Neko Case – Hell-On review

Secret Meeting score: 83

by Joseph Purcell

A full five years on from her last solo release, the vulnerably personal, The Worse Things Get, The Harder I Fight, The Harder I Fight, The More I Love You, Neko Case returns fully armed with a plethora of diverse, enchanting and enriching tracks on her self-produced album, Hell-On. From the opening exquisitely delivered lines, ‘God is not a contract or a guy, God is an unspecified tide’, the title track from Hell-On creates an indelible platform from which Case will weave, preach and seduce the listener for the next 52 minutes over her moody, punchy, thought provoking and delightfully luscious canvas of sound.

The whimsical floating sound of the title track provides a perfect introduction to one of Case’s most accomplished works. Built on a structure of a sonically deep bass drum that explodes intermittently like claps of thunder echoing in the silent expanse of the night, it creeps and stalks before hitting the whirring crescendo at the two-minute mark. Then breaks into a delightful serenade that lurches into a wall of throbbing sound, before finally concluding in the same way the track began, waltzing subtly around the anchor of Case’s tremendous delivery.

Last Lion of Albion bustles along next, providing one of those signature understated Case moments that teeters beautifully on the edge of ferocity, while flirting with spite, but instead somehow ends up a perfectly delivered pop gem. A gentle, simply plucked guitar continues the beautiful structure and flow of Hell-On with the Stevie Nicks-evoking, Halls of Sarah. It allows Case, just like on many of Nicks’ finest moments, to display the full range of her fascinating, yet, equally haunting delivery, through a song that starts gently, but bursts with urgency and layers of additional instrumentation that adds to the masterful vociferous sound, and the backing howls of ‘Sarahhhhhhhh’.

The all-out pop stomper, Bad Luck, provides the next shot of Case’s full array of musical talents, with an incredible cascading vocal that bursts at the two-and-a-half-minute mark into a Belle and Sebastian infused snapshot of joyous pop. The chugging energy and cloudy murkiness of Gumball Blue provides a change of pace, before the churning acoustic guitar of Oracle of the Maritimes grips the album. Case espouses throughout the track ‘come on sweet girl let’s find you an ocean’, reverberating and echoing throughout the song created on the foundations of the incessant pounding drum line from the excellent array of musicians Case has brought together for the creation of Hell-On.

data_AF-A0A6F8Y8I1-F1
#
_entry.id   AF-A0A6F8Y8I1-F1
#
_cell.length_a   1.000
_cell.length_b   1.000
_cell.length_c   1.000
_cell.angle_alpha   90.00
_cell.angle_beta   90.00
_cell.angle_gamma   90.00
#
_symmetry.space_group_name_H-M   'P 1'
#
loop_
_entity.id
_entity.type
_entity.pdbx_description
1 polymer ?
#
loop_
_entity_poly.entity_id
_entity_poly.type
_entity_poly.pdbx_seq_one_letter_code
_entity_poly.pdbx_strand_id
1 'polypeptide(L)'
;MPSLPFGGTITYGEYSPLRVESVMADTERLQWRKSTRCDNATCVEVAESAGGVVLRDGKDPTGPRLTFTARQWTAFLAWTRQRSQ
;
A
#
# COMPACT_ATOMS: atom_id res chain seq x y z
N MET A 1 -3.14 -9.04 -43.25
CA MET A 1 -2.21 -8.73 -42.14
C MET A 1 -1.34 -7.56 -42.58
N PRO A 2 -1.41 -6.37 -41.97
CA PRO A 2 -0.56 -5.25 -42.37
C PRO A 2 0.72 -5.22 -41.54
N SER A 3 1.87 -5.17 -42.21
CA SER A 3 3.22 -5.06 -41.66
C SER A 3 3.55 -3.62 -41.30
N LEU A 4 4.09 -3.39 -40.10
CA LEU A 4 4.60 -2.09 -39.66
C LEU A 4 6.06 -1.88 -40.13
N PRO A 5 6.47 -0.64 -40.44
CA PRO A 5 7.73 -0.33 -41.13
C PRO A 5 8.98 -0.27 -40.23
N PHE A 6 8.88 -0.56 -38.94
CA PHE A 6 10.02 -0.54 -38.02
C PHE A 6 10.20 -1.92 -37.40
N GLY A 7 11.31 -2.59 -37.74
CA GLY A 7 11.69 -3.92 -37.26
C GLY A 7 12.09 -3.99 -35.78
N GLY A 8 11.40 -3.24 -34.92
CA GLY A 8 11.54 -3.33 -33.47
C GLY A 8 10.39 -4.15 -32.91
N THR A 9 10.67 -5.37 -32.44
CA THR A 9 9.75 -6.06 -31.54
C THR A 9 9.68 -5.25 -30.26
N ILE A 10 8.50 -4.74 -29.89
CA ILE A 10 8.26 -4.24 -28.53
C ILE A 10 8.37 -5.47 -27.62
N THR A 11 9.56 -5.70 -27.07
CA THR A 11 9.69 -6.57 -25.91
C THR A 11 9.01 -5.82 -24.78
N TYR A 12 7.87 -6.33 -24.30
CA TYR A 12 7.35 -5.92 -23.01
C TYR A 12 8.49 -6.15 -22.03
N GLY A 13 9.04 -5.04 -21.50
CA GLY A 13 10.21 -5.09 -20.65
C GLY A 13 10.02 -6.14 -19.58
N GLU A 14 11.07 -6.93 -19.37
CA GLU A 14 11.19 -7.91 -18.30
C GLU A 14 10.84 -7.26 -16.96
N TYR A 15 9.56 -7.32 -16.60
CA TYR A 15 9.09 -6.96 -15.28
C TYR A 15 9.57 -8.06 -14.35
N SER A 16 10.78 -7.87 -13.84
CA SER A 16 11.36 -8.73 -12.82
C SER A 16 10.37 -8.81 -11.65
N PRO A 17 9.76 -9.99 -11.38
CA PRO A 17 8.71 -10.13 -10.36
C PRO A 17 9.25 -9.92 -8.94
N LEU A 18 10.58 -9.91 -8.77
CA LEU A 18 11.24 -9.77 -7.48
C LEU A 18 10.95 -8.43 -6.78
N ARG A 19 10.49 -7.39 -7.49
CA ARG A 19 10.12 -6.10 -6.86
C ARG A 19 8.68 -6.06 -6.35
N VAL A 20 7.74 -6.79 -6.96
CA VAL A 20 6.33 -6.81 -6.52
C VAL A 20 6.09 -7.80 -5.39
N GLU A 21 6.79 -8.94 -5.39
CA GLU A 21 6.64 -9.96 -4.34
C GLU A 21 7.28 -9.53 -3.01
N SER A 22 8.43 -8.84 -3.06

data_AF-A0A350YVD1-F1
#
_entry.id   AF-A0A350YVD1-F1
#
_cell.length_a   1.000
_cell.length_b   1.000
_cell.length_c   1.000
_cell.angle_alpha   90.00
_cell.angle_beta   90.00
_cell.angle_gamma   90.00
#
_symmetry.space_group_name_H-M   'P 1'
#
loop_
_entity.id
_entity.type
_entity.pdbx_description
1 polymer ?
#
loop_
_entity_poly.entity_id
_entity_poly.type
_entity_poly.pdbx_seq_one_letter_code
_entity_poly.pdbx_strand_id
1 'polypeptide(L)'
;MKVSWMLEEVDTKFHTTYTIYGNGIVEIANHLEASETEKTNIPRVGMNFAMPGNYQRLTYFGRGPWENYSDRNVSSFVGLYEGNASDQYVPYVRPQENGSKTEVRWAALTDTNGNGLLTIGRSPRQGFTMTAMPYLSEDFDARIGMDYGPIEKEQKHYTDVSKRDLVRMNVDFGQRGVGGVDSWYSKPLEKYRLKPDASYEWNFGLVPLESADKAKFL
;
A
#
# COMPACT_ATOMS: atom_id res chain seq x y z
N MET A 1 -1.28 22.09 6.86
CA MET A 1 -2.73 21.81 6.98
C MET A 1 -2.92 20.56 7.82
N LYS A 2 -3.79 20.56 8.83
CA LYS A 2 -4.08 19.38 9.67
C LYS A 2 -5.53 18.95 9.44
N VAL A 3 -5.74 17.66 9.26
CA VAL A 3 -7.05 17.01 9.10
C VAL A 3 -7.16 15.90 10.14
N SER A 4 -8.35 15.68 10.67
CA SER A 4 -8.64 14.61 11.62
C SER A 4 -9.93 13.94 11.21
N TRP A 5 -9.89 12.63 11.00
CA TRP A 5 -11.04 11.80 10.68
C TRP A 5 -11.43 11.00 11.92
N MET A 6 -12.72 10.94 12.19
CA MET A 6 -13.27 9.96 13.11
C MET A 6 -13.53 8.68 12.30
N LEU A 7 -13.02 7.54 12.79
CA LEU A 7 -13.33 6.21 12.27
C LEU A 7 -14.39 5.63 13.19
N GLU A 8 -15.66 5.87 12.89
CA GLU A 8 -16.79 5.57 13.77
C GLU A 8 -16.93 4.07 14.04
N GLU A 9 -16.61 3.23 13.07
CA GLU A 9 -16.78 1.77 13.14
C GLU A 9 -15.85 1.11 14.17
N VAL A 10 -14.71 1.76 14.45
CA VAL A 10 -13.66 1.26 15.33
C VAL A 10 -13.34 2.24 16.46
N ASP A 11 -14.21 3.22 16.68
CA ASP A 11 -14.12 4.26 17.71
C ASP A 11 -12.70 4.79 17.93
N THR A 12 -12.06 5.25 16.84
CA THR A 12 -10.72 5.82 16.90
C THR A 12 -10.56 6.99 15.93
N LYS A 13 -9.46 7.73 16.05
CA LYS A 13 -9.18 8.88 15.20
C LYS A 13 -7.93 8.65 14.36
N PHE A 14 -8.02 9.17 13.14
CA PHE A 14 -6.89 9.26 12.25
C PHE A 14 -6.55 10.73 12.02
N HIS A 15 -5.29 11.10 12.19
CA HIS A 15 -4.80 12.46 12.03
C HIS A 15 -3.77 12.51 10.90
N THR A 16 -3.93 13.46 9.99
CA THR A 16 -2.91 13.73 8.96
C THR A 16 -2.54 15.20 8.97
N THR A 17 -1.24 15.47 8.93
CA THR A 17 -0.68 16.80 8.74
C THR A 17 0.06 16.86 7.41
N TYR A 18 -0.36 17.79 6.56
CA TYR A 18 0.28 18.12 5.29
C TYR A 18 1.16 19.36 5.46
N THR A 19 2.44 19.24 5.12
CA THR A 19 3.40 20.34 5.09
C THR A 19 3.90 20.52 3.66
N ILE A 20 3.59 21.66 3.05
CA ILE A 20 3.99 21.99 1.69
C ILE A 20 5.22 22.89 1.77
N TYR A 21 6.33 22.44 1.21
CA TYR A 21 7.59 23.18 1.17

Unlike many, Case has always embraced the idea of collaboration in her work, from her contributions to the Canadian musical collective New Pornographers, along with joint records with Laura Veirs and KD Lang, and Hell-On features more of the same. Two of the finest moments in an album packed with highlights feature ex-Screaming Trees troubadour, Mark Lanegan – on the sublime Curse of the I-5 Corridor – and ex-Crooked Fingers and Archers of Loaf leader, Eric Bachman.

Curse of the I-5 Corridor is most assuredly the centrepiece of the record, and the marriage of Case with the irrepressible solemn tones of Mark Lanegan creates five minutes of musical euphoria as their voices are beautifully entwined-  a phenomenal track featuring two of the very best creating music at its very finest. As Case prompts, ‘I left home and wanted to be who I wanted to be, fucked every guy I wanted to be’ the strength of their voices dominates large swathes until the music totally drops, leaving Case and Lanegan in an echoing dialogue of reflection and regret, enhancing the song further.

In contrast to Curse of the I-5 Corridor, the second collaboration from Hell-On is a gentler affair. Beginning with a delightful piano intro, Sleep All Summer, finds Case reimagining and reworking Eric Bachmans’ Crooked Fingers hit. Both Bachman and Case evolve throughout the track, beautifully managing to add to the original, giving it a deeper emotion to a song already laced with turmoil. As with Lanegan, their voices are beautifully instep and offer a succinct quality to a terrific piece of song writing.

Hell-On is a returning triumph for Neko Case. Somehow, she is often overlooked in discussions regarding contemporary female singer-songwriters, however, Hell-On fantastic patchwork of songs that stand individually as unique moments and as a body of work to more than prove she’s in the big league with the likes of St Vincent, PJ Harvey and Bjork. Let’s just hope we don’t have to wait another five years for its follow up.

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